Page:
I have just finished reading "The Gallows Pole" by Benjamin Myers. Set in The West Riding of Yorkshire, it is an historical novel that focuses upon a group of men known as The Cragg Vale Coiners.
Round about 1760, these men became notorious for clipping coins and using the resulting metal to create new coins in ingenious moulds. They created so much extra coinage that it affected the local economy around Halifax and The Calder Valley. By all accounts it was also used to make the lives of impoverished hill and valley dwellers more bearable.
The Coiners were led by a man called David Hartley whose grave can still be seen in the churchyard at Heptonstall - the same graveyard where the American writer Sylvia Plath is also buried. Hartley was hanged at York in April 1770. The landed gentry and the business community were not prepared to tolerate the continuation of his criminal activities so they decided to silence him forever.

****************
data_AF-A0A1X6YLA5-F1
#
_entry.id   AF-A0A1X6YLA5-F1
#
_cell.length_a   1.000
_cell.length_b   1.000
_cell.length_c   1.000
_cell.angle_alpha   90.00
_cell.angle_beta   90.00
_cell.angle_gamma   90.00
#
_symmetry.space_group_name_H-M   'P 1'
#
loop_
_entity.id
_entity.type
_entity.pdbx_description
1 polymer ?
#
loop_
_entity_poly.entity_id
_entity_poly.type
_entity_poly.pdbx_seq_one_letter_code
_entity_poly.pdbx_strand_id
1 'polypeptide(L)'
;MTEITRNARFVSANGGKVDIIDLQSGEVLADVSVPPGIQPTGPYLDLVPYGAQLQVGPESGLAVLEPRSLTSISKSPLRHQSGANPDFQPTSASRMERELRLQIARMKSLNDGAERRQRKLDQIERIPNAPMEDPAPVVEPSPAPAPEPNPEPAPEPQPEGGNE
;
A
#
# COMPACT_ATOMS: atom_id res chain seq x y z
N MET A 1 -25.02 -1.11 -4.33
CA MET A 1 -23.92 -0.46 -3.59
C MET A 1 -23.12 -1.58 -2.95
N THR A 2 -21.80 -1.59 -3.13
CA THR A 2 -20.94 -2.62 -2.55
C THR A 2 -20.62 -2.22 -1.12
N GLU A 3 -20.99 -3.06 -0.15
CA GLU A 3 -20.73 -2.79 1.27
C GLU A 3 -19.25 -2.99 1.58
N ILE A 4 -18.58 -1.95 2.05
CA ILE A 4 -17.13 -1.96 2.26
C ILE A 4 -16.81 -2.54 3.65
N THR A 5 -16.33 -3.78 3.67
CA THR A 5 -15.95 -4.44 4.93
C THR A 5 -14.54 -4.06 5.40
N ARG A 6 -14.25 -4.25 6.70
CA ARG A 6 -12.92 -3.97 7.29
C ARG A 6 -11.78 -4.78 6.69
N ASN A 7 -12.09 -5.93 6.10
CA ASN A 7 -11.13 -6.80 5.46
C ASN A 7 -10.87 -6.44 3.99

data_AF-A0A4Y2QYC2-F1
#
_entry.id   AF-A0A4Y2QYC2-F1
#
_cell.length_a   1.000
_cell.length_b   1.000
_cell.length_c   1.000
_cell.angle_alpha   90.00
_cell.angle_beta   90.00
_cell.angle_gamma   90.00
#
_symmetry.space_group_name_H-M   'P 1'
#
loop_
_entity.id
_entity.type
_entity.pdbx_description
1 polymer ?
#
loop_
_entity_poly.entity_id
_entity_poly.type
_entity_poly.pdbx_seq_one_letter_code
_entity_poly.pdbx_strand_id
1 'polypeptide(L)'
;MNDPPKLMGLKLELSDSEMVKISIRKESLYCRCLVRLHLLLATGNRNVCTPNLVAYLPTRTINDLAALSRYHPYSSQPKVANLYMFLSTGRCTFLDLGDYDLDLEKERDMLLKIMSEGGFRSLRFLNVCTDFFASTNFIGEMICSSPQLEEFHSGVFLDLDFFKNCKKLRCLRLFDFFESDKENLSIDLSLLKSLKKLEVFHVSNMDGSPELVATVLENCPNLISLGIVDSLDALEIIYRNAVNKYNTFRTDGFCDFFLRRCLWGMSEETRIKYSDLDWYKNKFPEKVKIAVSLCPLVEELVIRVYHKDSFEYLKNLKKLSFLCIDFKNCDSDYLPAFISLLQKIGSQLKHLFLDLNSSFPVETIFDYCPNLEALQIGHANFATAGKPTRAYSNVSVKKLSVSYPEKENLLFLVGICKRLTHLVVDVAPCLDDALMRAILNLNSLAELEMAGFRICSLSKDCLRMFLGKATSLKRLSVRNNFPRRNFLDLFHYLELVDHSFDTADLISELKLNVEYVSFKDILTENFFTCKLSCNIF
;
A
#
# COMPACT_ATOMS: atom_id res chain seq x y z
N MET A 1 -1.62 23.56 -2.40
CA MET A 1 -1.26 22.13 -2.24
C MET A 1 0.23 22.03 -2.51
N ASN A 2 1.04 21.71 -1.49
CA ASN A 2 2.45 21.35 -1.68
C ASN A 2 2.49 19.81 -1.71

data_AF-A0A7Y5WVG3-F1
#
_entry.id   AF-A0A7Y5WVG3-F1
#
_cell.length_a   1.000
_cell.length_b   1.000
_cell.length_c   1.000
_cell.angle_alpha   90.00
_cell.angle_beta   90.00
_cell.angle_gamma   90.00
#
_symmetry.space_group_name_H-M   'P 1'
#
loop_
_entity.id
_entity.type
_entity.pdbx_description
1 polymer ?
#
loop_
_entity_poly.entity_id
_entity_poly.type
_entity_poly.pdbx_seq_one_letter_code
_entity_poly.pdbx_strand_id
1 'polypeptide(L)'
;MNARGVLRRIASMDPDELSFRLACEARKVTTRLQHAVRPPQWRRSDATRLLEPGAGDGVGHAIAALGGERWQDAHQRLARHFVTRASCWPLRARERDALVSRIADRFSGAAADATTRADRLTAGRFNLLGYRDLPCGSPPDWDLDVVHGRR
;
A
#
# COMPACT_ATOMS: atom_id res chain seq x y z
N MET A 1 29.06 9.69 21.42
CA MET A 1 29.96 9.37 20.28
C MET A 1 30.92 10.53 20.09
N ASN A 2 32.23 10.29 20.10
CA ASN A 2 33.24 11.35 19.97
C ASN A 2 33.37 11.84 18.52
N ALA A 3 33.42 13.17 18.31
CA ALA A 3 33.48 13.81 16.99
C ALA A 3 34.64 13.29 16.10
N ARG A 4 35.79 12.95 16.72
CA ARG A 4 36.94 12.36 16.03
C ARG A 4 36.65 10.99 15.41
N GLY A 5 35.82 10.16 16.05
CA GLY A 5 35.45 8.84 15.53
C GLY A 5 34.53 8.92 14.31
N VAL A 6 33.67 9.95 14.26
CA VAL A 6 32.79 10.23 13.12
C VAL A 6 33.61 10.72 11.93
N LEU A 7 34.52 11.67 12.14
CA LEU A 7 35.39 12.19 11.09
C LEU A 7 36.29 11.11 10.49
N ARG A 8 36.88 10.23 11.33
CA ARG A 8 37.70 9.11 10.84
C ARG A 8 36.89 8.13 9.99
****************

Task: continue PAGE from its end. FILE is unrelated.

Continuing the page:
Hartley was a tough, often ruthless man. He became known as King David Hartley. He knew little of the world beyond his valley and his lofty moorland home - Bell House. That was his kingdom. There are scenes of terrible but believable violence in the novel. They are not gratuitous. We are talking about rough men who are intent on secrecy and survival. They swear and they fight and they value loyalty as much as gold.
Throughout the novel there are italicised sections attributed to King David as he languishes in his hideous cell at York Castle. He is barely literate and his intermittent writing is littered with errors in spelling and grammar. It feels authentic:-
All yool hear is the choken sound of a man hoos life itself was liyved like a pome Hoos every thort and ackshun was poetry And who rose to graytnuss and his final ritten and his lassed dyn breath Well that was poetry too. (page 348)
"The Gallows Pole" might not be everyone's cup of tea but I loved it. It was earthy and simply real. My attention was wrapt throughout. Of course for me it probably helped that it was set in Yorkshire just forty miles north of this keyboard. It is not an area I know well but I know it all the same.
Thanks to blog visitors Christina and Thelma for alerting me to "The Gallows Pole" and to my friend Tony for lending me his copy.